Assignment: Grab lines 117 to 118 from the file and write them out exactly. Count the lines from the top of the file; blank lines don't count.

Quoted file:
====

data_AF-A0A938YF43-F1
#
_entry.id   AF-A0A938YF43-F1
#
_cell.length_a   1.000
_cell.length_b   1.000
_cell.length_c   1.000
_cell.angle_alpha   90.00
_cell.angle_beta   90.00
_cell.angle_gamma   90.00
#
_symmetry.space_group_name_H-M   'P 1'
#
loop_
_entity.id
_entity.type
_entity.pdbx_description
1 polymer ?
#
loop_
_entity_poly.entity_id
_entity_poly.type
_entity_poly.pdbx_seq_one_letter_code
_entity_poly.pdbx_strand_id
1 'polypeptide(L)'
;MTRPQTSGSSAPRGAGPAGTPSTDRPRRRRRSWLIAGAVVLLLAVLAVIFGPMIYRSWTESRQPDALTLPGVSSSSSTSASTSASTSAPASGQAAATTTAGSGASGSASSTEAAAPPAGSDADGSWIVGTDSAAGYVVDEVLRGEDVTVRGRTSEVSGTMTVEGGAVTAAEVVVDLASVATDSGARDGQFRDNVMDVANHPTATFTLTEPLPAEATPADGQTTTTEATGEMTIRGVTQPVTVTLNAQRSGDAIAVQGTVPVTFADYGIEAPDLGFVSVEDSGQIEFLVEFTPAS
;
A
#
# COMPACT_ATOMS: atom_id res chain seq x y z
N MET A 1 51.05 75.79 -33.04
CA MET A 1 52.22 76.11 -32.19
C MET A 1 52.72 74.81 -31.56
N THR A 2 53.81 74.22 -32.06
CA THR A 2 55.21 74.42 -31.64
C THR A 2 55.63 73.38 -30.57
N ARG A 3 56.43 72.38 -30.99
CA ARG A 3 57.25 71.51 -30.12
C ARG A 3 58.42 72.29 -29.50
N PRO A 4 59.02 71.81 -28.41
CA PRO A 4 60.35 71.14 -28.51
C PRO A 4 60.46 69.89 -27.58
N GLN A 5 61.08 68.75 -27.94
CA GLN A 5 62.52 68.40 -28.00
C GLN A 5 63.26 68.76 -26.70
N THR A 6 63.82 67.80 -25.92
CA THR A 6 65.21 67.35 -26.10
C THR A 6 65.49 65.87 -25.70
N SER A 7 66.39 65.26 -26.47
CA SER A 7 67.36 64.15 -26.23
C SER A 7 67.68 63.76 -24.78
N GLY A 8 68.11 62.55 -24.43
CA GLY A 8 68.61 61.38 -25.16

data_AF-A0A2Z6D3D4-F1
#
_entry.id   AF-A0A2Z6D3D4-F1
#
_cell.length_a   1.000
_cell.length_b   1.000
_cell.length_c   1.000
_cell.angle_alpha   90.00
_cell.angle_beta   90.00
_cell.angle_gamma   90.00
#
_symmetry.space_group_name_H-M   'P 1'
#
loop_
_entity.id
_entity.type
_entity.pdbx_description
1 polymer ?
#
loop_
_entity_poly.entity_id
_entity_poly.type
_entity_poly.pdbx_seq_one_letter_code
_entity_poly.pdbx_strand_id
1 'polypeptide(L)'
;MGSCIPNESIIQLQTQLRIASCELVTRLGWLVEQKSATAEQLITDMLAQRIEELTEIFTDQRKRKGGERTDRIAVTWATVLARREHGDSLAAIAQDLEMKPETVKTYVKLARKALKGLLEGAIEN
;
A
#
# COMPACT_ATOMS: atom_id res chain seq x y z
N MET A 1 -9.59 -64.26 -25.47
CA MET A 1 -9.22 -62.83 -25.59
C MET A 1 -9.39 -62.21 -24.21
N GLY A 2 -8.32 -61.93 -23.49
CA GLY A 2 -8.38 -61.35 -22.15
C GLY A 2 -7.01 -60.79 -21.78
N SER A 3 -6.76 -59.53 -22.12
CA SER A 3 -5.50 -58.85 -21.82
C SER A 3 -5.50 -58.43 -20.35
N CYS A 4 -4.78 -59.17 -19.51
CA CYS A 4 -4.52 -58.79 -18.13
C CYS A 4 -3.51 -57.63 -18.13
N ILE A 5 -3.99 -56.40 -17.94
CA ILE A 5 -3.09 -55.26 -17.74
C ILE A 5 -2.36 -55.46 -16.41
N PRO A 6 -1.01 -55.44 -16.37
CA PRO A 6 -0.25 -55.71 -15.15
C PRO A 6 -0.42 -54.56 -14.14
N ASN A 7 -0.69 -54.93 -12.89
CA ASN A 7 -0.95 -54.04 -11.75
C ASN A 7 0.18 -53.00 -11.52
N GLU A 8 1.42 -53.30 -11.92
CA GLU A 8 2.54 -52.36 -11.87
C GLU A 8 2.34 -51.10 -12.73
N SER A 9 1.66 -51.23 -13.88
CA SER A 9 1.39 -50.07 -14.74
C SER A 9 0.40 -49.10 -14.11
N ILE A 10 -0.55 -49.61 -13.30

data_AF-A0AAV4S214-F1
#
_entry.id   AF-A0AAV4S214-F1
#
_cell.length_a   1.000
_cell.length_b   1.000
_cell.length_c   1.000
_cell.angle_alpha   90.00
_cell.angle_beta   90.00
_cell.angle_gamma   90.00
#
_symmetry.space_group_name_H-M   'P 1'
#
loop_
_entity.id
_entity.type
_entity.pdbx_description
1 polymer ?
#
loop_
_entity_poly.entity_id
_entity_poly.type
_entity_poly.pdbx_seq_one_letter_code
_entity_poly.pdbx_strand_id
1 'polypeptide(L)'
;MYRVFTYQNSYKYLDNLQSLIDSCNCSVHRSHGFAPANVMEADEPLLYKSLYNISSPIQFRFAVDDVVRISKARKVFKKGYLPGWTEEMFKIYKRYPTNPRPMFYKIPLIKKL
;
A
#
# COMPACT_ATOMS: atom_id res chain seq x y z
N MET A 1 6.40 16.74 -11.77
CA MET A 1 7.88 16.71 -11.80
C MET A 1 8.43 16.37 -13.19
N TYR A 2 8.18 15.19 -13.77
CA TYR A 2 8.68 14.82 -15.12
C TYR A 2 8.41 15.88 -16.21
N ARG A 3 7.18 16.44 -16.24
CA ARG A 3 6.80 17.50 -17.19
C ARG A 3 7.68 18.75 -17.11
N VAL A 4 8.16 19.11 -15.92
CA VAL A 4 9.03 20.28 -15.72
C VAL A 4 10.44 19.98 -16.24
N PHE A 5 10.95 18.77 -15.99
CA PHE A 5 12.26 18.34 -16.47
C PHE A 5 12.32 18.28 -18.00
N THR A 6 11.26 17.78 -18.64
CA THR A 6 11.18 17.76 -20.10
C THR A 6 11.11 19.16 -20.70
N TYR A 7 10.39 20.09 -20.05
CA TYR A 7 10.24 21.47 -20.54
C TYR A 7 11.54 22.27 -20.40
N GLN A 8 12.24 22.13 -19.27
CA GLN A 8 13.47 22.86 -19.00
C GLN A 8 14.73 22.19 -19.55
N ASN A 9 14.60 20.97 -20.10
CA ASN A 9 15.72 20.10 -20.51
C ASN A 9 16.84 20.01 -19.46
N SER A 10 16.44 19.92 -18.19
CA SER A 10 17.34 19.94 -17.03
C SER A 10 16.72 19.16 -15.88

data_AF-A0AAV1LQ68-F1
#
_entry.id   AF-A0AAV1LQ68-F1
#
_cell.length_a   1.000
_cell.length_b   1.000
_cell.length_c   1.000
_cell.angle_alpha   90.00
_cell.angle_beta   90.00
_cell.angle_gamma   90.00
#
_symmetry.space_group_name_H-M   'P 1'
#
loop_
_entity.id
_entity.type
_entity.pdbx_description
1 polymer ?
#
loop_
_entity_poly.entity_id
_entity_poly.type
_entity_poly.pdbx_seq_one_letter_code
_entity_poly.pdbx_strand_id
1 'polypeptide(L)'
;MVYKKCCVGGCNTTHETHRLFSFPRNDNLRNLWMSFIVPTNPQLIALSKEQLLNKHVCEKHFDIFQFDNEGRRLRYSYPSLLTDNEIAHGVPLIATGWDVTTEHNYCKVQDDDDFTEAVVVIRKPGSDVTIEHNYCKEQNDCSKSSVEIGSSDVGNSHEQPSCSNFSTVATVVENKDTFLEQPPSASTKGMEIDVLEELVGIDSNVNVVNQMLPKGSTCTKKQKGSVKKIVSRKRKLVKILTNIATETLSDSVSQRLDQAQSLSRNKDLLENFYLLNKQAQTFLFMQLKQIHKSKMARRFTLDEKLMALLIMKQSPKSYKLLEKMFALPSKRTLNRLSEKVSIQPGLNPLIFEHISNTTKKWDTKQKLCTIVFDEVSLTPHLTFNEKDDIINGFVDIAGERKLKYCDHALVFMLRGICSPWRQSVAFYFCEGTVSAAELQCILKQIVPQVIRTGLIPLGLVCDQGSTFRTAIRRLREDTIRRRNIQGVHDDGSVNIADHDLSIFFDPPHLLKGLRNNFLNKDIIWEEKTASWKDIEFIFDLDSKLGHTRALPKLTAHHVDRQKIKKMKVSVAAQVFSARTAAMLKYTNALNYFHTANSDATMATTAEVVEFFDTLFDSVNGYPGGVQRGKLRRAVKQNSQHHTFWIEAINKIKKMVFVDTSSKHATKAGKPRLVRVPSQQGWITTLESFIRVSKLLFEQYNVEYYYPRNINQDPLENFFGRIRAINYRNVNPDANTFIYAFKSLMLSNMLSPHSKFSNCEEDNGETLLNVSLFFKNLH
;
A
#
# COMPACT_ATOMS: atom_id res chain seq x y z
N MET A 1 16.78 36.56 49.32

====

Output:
_cell.length_b   1.000
_cell.length_c   1.000